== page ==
Best of Patron Requests: Music (September 2011 Edition)
The New York Public Library's Office of Central Collection Development fields dozens of requests to purchase new material from our patrons each month. It is a great way to enrich our collections and cover lesser-known titles and areas of interest.
This list is a monthly compilation of my own personal favorite patron requests for music. I hope you will check out some of the great music that library users have suggested we acquire!
Provided are some great preview tracks for each. Just click on the titles to be taken to the Catalog.
Ancestral Star by Barn Owl
The coolest find this month! This one just stunned me! Dreamy, noisy soundscapes that seem to lead you to the edge of the universe and leave you there hovering over who knows what? Who knows how? But once there, the journey ends. The only thing is, the track is half over! So now what? Where you gonna go from there? Nowhere! You just peer out over the edge with them taking it in, stunned, in awe! Incredible! And they sustain this feeling for what seems like an eternity, because even the laws of time begin to distort. Of course they do. There are no words to explain what lies at the edge of the universe; there is no science; no religion. There is only Barn Owl. (Preview)
Some serious, serious smoothness from the Motown Era. Many great tunes that seemed to have escaped being overplayed, especially for those of us who came along after the fact. If you like anything on Motown, I'll bet you'll love this record, and most likely some songs you've rarely, if ever, heard. (Preview)
This Unknown Science by Joy Kills Sorrow
A sweet, down-home album, with traces of Irish folk and back porch, early American country; a sincerely captivating sound carried by the impressively effortless vocal abilities of singer Emma Beaton... hardly fair to the impressive line-up of obviously accomplished musicians. They all make it look so easy! (Preview)
Jim Jones Revue self-titled
Full-on punk rock blues. Part Jon Spencer Blues Explosion, part Jerry Lee Lewis, and all unquestionably over-the-top. These guys are serious. Very impressive! (Preview)
Apex by Rudresh Mahanhappa & Bunky Green
A jazz collaboration between two pretty much awesome alto sax players. An approach sometimes called "inside-outside," this album just clicks. Special guests include the incredible drummer Jack DeJohnette. (Preview)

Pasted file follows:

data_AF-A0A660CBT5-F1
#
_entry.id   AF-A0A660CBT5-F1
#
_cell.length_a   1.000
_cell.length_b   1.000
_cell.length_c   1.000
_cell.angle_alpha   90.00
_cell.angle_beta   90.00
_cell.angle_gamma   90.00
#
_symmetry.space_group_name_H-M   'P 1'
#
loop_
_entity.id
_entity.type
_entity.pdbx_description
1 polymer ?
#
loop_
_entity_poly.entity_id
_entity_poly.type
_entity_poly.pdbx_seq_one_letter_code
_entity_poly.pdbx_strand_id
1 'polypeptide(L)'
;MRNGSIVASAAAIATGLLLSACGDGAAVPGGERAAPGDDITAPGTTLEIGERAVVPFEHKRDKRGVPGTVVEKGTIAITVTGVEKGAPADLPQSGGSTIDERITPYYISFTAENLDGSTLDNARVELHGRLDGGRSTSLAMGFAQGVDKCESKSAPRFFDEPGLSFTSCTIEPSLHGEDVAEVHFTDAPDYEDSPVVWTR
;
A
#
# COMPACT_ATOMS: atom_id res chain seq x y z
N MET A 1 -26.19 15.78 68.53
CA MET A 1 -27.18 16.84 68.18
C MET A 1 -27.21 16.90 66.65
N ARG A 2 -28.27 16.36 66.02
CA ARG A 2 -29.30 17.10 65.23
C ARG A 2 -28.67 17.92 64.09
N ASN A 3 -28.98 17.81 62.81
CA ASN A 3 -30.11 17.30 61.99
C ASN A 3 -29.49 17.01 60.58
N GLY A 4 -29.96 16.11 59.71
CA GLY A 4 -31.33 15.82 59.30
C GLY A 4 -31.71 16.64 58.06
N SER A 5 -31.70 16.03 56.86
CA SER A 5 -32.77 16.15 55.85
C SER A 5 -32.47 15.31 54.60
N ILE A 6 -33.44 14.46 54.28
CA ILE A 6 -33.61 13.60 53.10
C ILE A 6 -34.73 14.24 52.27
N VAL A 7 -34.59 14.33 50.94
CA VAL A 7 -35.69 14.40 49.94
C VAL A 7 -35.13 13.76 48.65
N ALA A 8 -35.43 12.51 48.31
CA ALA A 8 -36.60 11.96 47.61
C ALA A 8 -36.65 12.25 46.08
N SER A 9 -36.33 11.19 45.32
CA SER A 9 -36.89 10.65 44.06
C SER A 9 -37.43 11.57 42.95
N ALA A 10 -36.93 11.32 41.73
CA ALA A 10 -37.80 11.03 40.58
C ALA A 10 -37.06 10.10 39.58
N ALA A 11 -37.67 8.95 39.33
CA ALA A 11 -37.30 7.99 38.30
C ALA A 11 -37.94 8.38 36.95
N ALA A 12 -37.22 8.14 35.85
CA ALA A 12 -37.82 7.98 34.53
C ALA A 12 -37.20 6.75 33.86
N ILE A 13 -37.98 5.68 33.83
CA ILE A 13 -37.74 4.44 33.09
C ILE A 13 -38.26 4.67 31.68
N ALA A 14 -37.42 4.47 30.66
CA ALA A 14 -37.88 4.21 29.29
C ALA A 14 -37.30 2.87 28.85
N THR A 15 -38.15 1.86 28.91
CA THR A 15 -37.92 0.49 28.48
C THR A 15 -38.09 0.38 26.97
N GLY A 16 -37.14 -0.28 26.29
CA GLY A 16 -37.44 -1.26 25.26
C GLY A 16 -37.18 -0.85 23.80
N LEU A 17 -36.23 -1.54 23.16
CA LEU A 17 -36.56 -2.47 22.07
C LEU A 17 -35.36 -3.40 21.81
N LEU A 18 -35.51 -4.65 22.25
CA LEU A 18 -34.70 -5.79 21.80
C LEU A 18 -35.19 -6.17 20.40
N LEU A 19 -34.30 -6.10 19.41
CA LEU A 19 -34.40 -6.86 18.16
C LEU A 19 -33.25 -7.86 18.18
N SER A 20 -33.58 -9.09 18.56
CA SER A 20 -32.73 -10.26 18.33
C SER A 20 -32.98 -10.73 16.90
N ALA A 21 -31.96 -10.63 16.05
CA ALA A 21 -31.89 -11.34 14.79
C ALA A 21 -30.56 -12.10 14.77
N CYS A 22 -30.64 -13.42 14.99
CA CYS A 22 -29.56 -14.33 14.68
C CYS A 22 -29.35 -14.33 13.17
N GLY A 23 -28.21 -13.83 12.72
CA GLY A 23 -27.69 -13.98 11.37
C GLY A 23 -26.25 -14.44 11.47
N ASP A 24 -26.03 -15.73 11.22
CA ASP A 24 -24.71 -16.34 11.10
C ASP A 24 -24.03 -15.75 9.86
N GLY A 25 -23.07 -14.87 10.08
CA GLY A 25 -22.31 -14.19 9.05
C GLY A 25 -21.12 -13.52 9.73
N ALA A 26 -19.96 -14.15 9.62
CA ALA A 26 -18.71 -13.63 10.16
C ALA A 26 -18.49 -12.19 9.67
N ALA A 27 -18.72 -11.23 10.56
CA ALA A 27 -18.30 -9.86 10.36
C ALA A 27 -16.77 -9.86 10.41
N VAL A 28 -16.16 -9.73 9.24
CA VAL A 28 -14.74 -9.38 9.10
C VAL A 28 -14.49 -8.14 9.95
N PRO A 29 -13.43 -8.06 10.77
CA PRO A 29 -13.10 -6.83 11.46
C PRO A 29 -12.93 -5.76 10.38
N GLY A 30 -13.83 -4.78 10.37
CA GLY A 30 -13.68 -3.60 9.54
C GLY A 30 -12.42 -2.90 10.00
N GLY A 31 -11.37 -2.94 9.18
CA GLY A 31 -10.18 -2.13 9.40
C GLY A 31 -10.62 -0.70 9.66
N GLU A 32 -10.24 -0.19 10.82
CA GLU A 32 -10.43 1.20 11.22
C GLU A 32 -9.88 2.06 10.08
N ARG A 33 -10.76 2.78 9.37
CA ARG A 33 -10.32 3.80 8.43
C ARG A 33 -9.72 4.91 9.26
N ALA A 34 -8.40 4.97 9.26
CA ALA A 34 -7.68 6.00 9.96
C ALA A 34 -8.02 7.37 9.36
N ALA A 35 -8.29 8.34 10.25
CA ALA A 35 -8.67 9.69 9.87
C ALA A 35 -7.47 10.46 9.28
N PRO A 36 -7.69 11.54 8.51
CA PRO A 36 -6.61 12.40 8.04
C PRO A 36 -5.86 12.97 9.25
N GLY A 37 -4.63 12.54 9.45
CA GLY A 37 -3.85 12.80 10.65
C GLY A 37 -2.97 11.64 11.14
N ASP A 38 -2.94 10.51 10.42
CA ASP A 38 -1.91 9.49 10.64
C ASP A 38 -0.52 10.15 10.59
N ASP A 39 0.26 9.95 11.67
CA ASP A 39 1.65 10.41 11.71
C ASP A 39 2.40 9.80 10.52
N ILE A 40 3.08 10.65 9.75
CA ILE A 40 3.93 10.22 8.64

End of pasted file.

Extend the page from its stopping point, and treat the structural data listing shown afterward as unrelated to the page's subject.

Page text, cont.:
Go Tell Fire to the Mountain by Wu Lyf
A new band from Manchester, England. They pummel the listener with an onslaught of washed out reverb: a rockin-yet-drony, "heavy pop" sound. Rumor has it they recorded this, their debut album, in a deserted church. Some of that eerie abandoned spiritual energy certainly made it on to the master tapes! (Preview)
Unknown Mortal Orchestra self-titled
This album proves that pop music and psychedelic music are not mutually exclusive genres. Upbeat, almost danceable, but definitely out there. (Preview)
Beirut Slump/Shut Up and Bleed by Teenage Jesus and the Jerks
Not to make too many comparisons, but since this music isn't for everyone I'll make it: If you like the Cramps you should check these guys out! (Preview)
It doesn't matter what I say about this album, because I'm asleep, merely dreaming I'm listening to some sort of music that my subconscious illogically presents to my mind, turning musical corners midstream, scenes turning into other scenes that my conscious mind would find suspect: a sound so weird, so pleasant and creepy at the same time, that it couldn't really exist in reality. (Preview)
Compete Early Recordings by Skip James
Going all the way back to 1930 for this one. Skip James championed the "Bentonia" blues sound, which set his playing apart from much of the other recorded blues of the time. One might even argue it is bluesier, certainly more drony, more haunting. And for me, the earlier the better. (Preview)
TUNE IN NEXT MONTH!